I.C.I. Safety Handbook 1929

February 23, 2018 no comments

What do you think of when you hear the phrase “Health and Safety”?  Red tape, conker goggles and lethal hanging baskets? Or hard won legislation that keeps people safe at work?  Whatever your opinion may be, it might surprise you that encouraging workers to avoid falling off things, losing limbs or slipping discs is not a recent phenomenon.  As our fully risk assessed Digital Heritage Volunteers discovered, I.C.I took health and safety seriously way back in 1929.

 

 

As one of the largest manufacturing companies in Britain, the chemical giant had good reason to try to keep its vast Billingham workforce safe and healthy. But amongst the sober advice contained in the handbook one or two oddities stood out. Firstly, it seems there was a significant population of frustrated gymnasts employed in heavy industry in the twenties:

The pivot turn attempt didn’t end well

 

The topic of acrobatics and gymnastic feats by the working classes during the inter war period is surely one that is ripe for further research.

Away from forward rolls and handstands on top of the rigging it was good to see that manual handling was a priority in 1929. However, the fine line between “right and safe” versus “wrong and dangerous” was a little blurred by modern standards:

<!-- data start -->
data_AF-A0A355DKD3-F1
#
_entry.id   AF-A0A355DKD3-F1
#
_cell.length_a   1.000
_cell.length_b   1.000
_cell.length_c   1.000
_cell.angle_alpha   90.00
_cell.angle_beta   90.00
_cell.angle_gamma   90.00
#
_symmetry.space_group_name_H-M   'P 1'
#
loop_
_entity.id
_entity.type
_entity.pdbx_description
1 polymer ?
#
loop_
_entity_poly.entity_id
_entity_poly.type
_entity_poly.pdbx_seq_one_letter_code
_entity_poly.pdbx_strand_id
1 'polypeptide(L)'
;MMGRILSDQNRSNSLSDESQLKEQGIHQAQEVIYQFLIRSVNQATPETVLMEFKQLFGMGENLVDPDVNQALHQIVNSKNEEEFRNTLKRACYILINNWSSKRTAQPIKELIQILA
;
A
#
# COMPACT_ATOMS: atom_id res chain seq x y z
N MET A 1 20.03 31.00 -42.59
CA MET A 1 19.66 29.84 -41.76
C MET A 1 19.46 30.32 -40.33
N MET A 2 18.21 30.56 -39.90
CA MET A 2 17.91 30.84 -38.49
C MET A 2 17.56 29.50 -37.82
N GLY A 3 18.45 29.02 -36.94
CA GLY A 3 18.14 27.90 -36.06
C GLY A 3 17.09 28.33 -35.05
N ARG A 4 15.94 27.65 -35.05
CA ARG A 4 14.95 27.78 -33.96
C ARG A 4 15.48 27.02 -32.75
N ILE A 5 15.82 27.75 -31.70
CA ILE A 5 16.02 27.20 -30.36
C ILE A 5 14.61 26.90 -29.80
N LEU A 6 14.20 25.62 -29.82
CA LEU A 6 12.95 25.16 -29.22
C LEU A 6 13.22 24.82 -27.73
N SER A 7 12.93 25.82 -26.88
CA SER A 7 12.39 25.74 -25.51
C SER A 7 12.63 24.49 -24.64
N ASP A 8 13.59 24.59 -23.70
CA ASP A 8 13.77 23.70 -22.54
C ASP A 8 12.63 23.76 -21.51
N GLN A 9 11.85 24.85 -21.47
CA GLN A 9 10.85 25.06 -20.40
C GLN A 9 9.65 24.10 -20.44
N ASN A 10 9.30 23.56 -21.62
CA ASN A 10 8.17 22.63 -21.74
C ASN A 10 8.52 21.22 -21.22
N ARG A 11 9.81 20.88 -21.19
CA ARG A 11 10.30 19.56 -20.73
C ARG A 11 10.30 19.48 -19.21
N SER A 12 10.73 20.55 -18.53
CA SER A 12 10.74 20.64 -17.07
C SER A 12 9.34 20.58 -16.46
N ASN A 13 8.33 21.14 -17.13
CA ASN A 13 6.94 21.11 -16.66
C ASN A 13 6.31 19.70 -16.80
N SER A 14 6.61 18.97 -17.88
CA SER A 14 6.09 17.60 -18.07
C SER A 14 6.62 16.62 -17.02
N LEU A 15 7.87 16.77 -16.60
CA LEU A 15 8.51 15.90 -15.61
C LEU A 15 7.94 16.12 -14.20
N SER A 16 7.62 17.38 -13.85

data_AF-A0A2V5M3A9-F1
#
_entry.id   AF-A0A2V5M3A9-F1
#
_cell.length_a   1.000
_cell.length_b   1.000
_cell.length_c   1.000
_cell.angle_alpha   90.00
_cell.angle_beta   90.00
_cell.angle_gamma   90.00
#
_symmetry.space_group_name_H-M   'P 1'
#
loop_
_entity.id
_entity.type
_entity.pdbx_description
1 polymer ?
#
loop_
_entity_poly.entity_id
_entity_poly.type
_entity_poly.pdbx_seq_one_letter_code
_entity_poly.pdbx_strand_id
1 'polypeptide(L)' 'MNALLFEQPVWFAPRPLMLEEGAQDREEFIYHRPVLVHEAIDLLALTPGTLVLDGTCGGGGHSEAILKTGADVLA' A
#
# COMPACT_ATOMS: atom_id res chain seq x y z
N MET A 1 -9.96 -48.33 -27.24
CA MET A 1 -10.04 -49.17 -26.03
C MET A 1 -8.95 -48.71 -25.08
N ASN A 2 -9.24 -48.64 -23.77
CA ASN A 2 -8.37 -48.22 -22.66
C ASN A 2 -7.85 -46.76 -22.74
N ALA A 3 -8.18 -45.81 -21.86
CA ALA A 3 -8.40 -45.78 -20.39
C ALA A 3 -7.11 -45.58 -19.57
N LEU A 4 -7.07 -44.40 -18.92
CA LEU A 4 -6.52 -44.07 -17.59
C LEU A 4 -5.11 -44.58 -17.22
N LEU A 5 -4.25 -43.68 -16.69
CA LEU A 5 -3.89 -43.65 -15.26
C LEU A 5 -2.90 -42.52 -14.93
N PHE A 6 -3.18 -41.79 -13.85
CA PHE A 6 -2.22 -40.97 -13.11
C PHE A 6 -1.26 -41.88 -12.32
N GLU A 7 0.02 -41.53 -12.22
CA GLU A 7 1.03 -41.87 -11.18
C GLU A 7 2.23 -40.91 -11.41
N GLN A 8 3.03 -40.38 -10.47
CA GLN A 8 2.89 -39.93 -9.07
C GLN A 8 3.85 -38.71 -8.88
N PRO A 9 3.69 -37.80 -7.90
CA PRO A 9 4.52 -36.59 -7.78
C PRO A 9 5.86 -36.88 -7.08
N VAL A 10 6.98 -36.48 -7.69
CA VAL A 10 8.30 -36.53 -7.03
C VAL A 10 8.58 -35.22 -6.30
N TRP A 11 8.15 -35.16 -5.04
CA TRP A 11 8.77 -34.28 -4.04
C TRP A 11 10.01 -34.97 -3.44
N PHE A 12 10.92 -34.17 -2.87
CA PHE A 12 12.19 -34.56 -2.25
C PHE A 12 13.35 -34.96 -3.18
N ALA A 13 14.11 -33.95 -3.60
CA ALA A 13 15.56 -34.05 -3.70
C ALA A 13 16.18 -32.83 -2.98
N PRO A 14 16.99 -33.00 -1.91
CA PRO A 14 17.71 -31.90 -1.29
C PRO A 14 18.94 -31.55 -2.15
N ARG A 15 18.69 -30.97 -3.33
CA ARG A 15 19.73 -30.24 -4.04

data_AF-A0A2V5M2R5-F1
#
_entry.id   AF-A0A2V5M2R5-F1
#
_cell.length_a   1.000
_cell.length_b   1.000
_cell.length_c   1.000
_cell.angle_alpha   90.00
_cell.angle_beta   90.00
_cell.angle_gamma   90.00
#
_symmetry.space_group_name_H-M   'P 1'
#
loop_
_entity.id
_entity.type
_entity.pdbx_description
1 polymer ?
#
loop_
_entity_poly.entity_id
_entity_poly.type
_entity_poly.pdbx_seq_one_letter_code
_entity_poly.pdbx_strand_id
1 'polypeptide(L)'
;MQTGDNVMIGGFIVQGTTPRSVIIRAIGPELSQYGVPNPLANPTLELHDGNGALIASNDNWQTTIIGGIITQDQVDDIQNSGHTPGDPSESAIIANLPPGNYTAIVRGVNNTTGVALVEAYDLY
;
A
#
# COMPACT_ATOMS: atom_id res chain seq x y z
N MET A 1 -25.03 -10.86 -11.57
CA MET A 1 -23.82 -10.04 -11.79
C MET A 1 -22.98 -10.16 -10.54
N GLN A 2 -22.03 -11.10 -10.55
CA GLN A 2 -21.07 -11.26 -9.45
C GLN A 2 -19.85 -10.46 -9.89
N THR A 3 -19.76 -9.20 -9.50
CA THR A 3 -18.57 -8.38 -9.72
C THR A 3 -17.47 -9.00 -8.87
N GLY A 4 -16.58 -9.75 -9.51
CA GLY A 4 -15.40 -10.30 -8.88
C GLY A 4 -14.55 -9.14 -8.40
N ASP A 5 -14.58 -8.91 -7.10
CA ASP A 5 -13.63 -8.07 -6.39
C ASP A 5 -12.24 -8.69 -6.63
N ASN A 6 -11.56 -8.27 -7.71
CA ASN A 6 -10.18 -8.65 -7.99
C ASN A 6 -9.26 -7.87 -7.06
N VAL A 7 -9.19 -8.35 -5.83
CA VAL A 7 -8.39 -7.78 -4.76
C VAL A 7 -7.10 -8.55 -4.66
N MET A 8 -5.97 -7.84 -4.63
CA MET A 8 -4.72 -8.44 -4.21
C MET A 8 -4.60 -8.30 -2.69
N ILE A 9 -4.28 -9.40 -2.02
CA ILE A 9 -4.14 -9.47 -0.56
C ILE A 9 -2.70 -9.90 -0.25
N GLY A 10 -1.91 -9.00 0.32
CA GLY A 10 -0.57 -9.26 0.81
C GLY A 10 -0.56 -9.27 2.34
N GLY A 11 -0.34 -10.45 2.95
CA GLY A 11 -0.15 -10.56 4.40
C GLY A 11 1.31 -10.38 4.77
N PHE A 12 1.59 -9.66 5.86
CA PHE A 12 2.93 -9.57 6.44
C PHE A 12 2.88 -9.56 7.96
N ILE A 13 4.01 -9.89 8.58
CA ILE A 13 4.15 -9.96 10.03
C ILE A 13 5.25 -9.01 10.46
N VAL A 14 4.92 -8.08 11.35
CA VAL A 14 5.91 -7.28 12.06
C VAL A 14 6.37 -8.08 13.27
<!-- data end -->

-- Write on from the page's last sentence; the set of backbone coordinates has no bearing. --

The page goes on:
Spot the difference

 

I.C.I. didn’t want you just to stay healthy at work. The handbook includes some helpful, if rather unnerving, advice to workers for general health and fitness:

All very reasonable. Until:

OK…

Well, indeed.

Hopefully not as a remedy for 5.

 

Even mental health was touched upon.  Kind of:

C.B.T. 1920s style.

 

And with servants like these it’s probably best to pour your own evening brandy:

Jeeves…?

 

While the message of health and safety is indeed very serious and valuable, our last picture does make one wonder how long they left this poor bloke dangling while the photographer “adjusted the focus”:

“I’m volunteering for the gas masks picture next time”

 

Thanks again to our volunteers for bringing this slice of 1920s industrial life to light. The complete handbook will be available when we’ve ironed out a few cyber gremlins on the site. Watch this space. And who knows, it could even save your life one day:

 

 

 

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